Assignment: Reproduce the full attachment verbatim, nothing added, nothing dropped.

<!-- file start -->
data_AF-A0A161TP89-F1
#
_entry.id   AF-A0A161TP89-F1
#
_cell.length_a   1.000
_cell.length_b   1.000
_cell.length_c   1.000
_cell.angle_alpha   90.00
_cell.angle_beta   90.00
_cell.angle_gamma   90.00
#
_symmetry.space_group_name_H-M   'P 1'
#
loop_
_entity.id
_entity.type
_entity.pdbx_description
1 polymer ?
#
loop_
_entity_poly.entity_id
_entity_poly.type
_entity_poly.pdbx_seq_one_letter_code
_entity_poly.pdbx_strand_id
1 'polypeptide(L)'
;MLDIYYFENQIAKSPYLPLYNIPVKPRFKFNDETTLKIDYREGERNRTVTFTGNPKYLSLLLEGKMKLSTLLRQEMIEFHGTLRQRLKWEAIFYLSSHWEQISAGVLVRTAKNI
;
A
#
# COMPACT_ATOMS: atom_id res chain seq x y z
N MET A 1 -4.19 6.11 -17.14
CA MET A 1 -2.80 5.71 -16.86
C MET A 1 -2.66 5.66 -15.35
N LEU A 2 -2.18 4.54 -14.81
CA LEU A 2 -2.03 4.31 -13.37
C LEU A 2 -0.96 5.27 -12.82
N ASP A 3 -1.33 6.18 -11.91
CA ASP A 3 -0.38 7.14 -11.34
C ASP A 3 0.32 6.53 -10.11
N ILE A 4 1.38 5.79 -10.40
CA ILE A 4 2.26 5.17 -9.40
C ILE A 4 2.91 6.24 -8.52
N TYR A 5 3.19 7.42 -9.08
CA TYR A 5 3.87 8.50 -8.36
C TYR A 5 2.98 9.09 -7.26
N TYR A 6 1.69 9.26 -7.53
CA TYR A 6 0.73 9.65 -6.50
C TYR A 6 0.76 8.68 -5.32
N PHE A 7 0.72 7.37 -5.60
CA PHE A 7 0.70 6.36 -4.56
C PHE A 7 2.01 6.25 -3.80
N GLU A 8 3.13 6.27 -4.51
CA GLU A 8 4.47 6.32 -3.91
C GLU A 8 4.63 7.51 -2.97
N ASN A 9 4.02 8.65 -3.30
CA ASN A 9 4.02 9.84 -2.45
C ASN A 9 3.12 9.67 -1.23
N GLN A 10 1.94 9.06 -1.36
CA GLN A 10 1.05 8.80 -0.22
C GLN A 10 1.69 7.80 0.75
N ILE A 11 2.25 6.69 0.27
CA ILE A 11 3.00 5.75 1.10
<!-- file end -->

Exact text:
data_AF-A0A161TP89-F1
#
_entry.id   AF-A0A161TP89-F1
#
_cell.length_a   1.000
_cell.length_b   1.000
_cell.length_c   1.000
_cell.angle_alpha   90.00
_cell.angle_beta   90.00
_cell.angle_gamma   90.00
#
_symmetry.space_group_name_H-M   'P 1'
#
loop_
_entity.id
_entity.type
_entity.pdbx_description
1 polymer ?
#
loop_
_entity_poly.entity_id
_entity_poly.type
_entity_poly.pdbx_seq_one_letter_code
_entity_poly.pdbx_strand_id
1 'polypeptide(L)'
;MLDIYYFENQIAKSPYLPLYNIPVKPRFKFNDETTLKIDYREGERNRTVTFTGNPKYLSLLLEGKMKLSTLLRQEMIEFHGTLRQRLKWEAIFYLSSHWEQISAGVLVRTAKNI
;
A
#
# COMPACT_ATOMS: atom_id res chain seq x y z
N MET A 1 -4.19 6.11 -17.14
CA MET A 1 -2.80 5.71 -16.86
C MET A 1 -2.66 5.66 -15.35
N LEU A 2 -2.18 4.54 -14.81
CA LEU A 2 -2.03 4.31 -13.37
C LEU A 2 -0.96 5.27 -12.82
N ASP A 3 -1.33 6.18 -11.91
CA ASP A 3 -0.38 7.14 -11.34
C ASP A 3 0.32 6.53 -10.11
N ILE A 4 1.38 5.79 -10.40
CA ILE A 4 2.26 5.17 -9.40
C ILE A 4 2.91 6.24 -8.52
N TYR A 5 3.19 7.42 -9.08
CA TYR A 5 3.87 8.50 -8.36
C TYR A 5 2.98 9.09 -7.26
N TYR A 6 1.69 9.26 -7.53
CA TYR A 6 0.73 9.65 -6.50
C TYR A 6 0.76 8.68 -5.32
N PHE A 7 0.72 7.37 -5.60
CA PHE A 7 0.70 6.36 -4.56
C PHE A 7 2.01 6.25 -3.80
N GLU A 8 3.13 6.27 -4.51
CA GLU A 8 4.47 6.32 -3.91
C GLU A 8 4.63 7.51 -2.97
N ASN A 9 4.02 8.65 -3.30
CA ASN A 9 4.02 9.84 -2.45
C ASN A 9 3.12 9.67 -1.23
N GLN A 10 1.94 9.06 -1.36
CA GLN A 10 1.05 8.80 -0.22
C GLN A 10 1.69 7.80 0.75
N ILE A 11 2.25 6.69 0.27
CA ILE A 11 3.00 5.75 1.10